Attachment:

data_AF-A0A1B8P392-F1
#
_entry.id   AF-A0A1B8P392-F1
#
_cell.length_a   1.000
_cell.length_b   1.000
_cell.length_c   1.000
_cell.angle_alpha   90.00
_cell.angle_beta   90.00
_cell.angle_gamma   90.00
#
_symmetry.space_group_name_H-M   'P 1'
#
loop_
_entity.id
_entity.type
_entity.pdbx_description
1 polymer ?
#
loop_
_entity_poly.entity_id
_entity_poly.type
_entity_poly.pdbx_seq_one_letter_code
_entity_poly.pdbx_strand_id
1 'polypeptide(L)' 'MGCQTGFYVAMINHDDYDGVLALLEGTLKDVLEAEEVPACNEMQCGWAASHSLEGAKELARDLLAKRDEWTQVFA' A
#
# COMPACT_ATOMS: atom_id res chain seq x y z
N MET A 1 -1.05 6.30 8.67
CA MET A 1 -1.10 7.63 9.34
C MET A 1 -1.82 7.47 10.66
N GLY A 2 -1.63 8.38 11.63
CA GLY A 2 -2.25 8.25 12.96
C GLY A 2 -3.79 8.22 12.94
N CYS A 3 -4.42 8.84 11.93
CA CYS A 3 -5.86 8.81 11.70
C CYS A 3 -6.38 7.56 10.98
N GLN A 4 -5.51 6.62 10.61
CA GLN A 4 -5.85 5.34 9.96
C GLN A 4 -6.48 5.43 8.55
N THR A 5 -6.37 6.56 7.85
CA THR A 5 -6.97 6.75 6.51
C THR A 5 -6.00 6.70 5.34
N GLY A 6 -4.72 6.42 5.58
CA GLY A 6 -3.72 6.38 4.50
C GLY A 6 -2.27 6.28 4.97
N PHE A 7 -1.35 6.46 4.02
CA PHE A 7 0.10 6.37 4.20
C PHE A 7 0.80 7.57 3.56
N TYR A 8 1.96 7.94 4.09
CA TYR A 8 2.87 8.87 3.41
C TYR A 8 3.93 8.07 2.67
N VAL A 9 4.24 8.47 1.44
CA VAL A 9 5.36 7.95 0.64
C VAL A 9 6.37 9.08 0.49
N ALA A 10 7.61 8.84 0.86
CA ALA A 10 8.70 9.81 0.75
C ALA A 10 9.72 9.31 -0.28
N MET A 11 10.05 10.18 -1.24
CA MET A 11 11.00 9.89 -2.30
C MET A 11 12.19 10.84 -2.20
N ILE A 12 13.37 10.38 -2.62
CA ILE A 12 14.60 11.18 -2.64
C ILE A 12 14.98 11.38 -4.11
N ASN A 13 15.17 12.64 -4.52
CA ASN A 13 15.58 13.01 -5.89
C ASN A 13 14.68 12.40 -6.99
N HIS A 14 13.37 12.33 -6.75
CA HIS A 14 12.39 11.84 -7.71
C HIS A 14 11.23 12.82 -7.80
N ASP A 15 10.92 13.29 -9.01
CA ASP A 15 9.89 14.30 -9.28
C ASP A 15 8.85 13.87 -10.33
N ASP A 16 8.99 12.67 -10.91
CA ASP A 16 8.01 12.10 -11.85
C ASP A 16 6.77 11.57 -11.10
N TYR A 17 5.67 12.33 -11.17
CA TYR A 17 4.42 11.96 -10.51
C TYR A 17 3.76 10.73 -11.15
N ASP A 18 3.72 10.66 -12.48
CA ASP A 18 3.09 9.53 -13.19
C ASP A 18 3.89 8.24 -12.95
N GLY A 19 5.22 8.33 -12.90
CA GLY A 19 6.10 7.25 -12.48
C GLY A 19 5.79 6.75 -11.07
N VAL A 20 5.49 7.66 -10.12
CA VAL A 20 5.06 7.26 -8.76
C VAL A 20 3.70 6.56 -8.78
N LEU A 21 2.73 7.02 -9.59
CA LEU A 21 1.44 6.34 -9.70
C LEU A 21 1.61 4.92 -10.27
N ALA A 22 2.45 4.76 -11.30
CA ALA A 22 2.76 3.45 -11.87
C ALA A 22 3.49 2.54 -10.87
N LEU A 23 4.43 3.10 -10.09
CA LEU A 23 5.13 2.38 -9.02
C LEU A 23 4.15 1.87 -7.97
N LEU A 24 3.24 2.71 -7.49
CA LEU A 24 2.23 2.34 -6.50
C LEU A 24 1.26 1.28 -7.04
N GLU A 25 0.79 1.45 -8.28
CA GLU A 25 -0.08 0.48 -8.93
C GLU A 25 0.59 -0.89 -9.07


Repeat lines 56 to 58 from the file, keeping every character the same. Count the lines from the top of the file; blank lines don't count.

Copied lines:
CA ALA A 10 8.70 9.81 0.75
C ALA A 10 9.72 9.31 -0.28
N MET A 11 10.05 10.18 -1.24